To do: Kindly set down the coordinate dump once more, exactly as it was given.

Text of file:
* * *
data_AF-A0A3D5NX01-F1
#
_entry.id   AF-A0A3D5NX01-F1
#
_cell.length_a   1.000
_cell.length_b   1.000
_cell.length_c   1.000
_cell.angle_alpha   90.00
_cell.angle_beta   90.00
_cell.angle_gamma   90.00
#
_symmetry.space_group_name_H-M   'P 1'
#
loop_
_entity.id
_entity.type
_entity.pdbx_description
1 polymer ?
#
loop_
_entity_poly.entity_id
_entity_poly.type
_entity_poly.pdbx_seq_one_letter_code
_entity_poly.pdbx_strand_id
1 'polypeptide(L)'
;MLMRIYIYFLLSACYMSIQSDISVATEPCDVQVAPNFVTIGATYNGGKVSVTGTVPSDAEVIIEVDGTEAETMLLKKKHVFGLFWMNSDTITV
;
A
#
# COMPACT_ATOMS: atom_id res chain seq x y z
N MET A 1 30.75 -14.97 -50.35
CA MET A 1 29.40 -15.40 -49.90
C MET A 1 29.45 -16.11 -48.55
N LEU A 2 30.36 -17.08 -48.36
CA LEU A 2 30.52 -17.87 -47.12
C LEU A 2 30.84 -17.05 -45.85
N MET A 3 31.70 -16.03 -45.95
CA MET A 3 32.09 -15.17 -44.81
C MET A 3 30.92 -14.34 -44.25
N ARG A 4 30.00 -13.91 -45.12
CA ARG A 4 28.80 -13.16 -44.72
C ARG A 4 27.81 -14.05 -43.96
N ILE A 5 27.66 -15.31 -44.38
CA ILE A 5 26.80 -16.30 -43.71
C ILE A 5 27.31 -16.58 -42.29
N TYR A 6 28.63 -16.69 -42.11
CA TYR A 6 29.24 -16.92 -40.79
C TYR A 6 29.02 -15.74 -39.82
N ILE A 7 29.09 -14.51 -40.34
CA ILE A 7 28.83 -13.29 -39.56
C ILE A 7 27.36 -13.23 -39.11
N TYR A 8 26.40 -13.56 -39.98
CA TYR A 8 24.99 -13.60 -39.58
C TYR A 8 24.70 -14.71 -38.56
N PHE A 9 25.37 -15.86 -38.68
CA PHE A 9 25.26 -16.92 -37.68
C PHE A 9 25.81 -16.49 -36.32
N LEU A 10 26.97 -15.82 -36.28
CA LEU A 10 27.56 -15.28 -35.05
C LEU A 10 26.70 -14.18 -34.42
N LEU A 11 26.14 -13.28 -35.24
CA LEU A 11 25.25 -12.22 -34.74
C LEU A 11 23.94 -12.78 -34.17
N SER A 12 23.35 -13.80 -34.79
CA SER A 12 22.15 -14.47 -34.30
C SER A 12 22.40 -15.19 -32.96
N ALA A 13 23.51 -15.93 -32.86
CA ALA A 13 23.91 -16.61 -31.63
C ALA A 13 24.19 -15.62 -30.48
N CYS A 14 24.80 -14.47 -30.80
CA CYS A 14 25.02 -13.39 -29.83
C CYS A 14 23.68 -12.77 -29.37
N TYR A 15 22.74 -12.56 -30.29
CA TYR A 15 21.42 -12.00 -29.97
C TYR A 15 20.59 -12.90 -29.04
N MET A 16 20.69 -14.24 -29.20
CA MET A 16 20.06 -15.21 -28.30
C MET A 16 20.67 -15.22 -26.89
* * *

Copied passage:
data_AF-A0A3D5NX01-F1
#
_entry.id   AF-A0A3D5NX01-F1
#
_cell.length_a   1.000
_cell.length_b   1.000
_cell.length_c   1.000
_cell.angle_alpha   90.00
_cell.angle_beta   90.00
_cell.angle_gamma   90.00
#
_symmetry.space_group_name_H-M   'P 1'
#
loop_
_entity.id
_entity.type
_entity.pdbx_description
1 polymer ?
#
loop_
_entity_poly.entity_id
_entity_poly.type
_entity_poly.pdbx_seq_one_letter_code
_entity_poly.pdbx_strand_id
1 'polypeptide(L)'
;MLMRIYIYFLLSACYMSIQSDISVATEPCDVQVAPNFVTIGATYNGGKVSVTGTVPSDAEVIIEVDGTEAETMLLKKKHVFGLFWMNSDTITV
;
A
#
# COMPACT_ATOMS: atom_id res chain seq x y z
N MET A 1 30.75 -14.97 -50.35
CA MET A 1 29.40 -15.40 -49.90
C MET A 1 29.45 -16.11 -48.55
N LEU A 2 30.36 -17.08 -48.36
CA LEU A 2 30.52 -17.87 -47.12
C LEU A 2 30.84 -17.05 -45.85
N MET A 3 31.70 -16.03 -45.95
CA MET A 3 32.09 -15.17 -44.81
C MET A 3 30.92 -14.34 -44.25
N ARG A 4 30.00 -13.91 -45.12
CA ARG A 4 28.80 -13.16 -44.72
C ARG A 4 27.81 -14.05 -43.96
N ILE A 5 27.66 -15.31 -44.38
CA ILE A 5 26.80 -16.30 -43.71
C ILE A 5 27.31 -16.58 -42.29
N TYR A 6 28.63 -16.69 -42.11
CA TYR A 6 29.24 -16.92 -40.79
C TYR A 6 29.02 -15.74 -39.82
N ILE A 7 29.09 -14.51 -40.34
CA ILE A 7 28.83 -13.29 -39.56
C ILE A 7 27.36 -13.23 -39.11
N TYR A 8 26.40 -13.56 -39.98
CA TYR A 8 24.99 -13.60 -39.58
C TYR A 8 24.70 -14.71 -38.56
N PHE A 9 25.37 -15.86 -38.68
CA PHE A 9 25.26 -16.92 -37.68
C PHE A 9 25.81 -16.49 -36.32
N LEU A 10 26.97 -15.82 -36.28
CA LEU A 10 27.56 -15.28 -35.05
C LEU A 10 26.70 -14.18 -34.42
N LEU A 11 26.14 -13.28 -35.24
CA LEU A 11 25.25 -12.22 -34.74
C LEU A 11 23.94 -12.78 -34.17
N SER A 12 23.35 -13.80 -34.79
CA SER A 12 22.15 -14.47 -34.30
C SER A 12 22.40 -15.19 -32.96
N ALA A 13 23.51 -15.93 -32.86
CA ALA A 13 23.91 -16.61 -31.63
C ALA A 13 24.19 -15.62 -30.48
N CYS A 14 24.80 -14.47 -30.80
CA CYS A 14 25.02 -13.39 -29.83
C CYS A 14 23.68 -12.77 -29.37
N TYR A 15 22.74 -12.56 -30.29
CA TYR A 15 21.42 -12.00 -29.97
C TYR A 15 20.59 -12.90 -29.04
N MET A 16 20.69 -14.24 -29.20
CA MET A 16 20.06 -15.21 -28.30
C MET A 16 20.67 -15.22 -26.89